Coast Guard suspends search for missing Tulalip officer thrown from boat after rogue wave hit
EVERETT, Wash. - The U.S. Coast Guard has suspended its recovery search for a Tulalip Tribal Police Department officer who was thrown into Puget Sound Tuesday night after a rogue wave hit and capsized the boat he and another officer were on.
Officer Charlie Cortez (Photo courtesy Tulalip Tribal Police Department)
But that doesn't mean the dozens of other agencies involved in the search are giving up hope in bringing him home. Tulalip Tribal Police Chief Chris Sutter says the search will continue.
According to Tulalip Tribal Police, the incident happened about 8:30 p.m. Tuesday when two tribal wildlife and fishery officers were returning to Tulalip Bay Marina and the wave hit their 24-foot vessel. Both men were thrown overboard.
Officer Shawn Edge, the boat's captain, was rescued near Hat Island and is being treated at a local hospital. Chief Sutter told Q13 News on Wednesday that Edge was rescued quite a ways from the shore when officials arrived.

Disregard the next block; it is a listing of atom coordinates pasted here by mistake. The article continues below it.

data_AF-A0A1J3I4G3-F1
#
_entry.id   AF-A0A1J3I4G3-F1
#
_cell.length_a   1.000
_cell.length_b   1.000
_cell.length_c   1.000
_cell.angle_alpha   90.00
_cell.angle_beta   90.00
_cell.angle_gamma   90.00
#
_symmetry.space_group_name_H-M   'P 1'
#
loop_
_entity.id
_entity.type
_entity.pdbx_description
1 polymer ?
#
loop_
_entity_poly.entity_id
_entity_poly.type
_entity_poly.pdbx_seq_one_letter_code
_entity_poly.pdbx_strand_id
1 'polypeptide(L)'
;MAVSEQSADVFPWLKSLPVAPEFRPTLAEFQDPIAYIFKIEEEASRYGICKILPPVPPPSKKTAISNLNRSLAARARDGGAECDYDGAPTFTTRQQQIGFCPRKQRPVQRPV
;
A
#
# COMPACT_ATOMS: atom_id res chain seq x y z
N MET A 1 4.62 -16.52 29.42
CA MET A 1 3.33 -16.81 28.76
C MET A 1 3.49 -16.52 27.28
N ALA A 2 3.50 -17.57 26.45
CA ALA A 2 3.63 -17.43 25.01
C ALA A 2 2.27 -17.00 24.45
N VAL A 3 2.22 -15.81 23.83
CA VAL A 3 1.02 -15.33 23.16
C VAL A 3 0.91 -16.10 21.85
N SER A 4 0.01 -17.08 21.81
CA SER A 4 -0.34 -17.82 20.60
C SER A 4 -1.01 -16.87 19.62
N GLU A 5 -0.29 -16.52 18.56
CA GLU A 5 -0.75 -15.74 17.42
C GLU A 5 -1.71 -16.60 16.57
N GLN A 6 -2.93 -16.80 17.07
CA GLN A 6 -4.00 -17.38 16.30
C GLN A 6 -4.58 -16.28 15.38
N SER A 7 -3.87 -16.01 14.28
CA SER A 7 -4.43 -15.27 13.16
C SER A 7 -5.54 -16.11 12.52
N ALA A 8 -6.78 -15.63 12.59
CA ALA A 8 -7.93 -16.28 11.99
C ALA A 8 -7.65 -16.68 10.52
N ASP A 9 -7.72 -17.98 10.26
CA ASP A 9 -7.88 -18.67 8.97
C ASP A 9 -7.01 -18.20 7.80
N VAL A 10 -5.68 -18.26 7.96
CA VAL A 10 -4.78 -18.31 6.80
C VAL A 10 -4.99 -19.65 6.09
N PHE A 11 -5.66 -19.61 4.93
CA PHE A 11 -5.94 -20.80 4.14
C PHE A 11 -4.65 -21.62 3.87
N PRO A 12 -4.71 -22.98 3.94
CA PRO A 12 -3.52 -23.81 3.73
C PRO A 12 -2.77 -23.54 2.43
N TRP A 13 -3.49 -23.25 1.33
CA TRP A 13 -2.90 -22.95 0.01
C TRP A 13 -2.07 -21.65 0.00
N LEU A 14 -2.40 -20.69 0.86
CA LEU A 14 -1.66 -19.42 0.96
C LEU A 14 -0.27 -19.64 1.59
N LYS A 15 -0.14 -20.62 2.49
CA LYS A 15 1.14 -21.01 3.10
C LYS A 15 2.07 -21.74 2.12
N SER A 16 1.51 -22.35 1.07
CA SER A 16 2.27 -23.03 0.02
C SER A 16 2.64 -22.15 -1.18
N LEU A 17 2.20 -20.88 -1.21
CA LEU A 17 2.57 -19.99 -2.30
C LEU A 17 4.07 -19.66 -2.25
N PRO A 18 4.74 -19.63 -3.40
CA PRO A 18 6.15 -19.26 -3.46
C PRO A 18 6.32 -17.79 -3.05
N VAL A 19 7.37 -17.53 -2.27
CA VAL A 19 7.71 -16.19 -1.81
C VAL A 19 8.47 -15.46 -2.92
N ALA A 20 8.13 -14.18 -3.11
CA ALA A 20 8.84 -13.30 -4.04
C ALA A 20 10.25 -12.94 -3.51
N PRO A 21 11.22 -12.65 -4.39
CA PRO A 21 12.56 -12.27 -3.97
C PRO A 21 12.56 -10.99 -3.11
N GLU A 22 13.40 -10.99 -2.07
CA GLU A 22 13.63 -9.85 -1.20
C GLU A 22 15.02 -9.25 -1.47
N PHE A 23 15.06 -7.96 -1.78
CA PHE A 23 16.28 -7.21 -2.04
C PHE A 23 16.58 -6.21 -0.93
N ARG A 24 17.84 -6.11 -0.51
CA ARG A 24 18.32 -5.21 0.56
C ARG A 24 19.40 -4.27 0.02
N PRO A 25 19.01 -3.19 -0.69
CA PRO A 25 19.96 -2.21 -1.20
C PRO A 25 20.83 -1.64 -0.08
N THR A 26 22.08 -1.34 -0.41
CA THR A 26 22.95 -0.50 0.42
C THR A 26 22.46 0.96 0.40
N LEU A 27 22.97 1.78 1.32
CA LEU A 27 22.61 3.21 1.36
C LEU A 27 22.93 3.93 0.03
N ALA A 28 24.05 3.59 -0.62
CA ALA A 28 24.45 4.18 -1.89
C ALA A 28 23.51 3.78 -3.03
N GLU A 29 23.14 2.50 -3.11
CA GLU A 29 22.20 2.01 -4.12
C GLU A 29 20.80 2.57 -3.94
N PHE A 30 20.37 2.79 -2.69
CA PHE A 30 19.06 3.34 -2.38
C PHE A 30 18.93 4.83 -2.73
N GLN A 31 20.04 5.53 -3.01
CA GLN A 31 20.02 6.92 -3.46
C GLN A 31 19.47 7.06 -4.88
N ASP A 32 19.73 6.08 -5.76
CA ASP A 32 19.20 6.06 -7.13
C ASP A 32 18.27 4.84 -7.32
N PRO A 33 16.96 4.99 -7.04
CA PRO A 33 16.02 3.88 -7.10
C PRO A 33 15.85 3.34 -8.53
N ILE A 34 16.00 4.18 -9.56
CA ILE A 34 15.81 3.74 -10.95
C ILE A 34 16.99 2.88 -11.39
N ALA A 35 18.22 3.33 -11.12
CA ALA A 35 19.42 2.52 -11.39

Officer Charlie Cortez, 29, is still missing and presumed dead. He's been with the department for three years and is the first Tulalip Tribal Police officer to die in the line of duty.
"As our search and rescue effort transitions to a search and recovery, we are heartbroken," said Tulalip Chairwoman Teri Gobin. "Our people are connected to the water and we know what we risk when we go out. Today we lost a good man, a father, brother, and son. Our hands go up to the many fishermen and rescue workers who answered the call to find our missing officer. In the face of tragedy, our community came together and we will continue to come together as we take care of his family."
Sutter said the conditions on the water last night were extremely dangerous and rough. The officers were investigating a potential poaching incident near fishing grounds.
"They were out doing their duty protecting the fishing grounds and also investigating a potential poaching situation. They were diligently doing their duty. They do this every day, they are very well trained experts," said Sutter.
Sutter acknowledged the conditions officers must work under while on the water. He said the search area is extensive and that the department is committed to finding Cortez. He said Cortez is not just considered a coworker, but a brother and friend to those who worked with him, dedicated to serving his community.
"He is a father, a son, and a brother to all of us. We haven’t given up hope. We’re praying for a miracle," said Sutter.